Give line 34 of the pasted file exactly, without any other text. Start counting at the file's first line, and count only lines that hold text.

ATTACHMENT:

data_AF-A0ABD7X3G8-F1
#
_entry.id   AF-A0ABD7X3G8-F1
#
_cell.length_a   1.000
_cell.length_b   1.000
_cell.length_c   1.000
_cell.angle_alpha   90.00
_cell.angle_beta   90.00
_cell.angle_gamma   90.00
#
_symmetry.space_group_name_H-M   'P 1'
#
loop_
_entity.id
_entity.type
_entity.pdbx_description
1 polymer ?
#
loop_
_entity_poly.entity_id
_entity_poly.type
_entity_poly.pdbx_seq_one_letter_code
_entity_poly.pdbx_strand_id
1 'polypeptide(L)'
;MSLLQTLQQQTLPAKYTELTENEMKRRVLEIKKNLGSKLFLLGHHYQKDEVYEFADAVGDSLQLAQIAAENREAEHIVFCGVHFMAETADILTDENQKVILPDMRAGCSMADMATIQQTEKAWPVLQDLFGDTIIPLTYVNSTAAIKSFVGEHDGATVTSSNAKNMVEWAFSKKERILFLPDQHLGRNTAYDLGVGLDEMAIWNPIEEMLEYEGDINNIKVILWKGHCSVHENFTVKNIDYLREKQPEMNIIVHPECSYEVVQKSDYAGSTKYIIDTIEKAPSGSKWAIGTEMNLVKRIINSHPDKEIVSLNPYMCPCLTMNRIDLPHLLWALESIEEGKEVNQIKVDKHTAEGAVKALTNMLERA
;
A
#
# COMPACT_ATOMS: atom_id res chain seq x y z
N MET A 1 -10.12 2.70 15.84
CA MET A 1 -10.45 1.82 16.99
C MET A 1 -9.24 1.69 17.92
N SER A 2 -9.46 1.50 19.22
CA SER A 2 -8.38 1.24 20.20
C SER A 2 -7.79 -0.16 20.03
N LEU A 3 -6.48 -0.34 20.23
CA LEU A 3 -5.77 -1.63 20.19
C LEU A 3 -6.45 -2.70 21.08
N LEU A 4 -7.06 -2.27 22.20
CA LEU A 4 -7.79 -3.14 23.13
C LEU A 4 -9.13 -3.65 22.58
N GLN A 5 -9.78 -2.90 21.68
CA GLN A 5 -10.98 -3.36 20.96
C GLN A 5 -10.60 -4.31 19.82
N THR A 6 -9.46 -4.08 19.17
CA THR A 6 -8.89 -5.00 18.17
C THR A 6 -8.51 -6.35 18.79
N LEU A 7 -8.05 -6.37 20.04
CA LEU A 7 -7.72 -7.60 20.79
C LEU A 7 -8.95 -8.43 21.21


N SER A 2 -9.46 1.50 19.22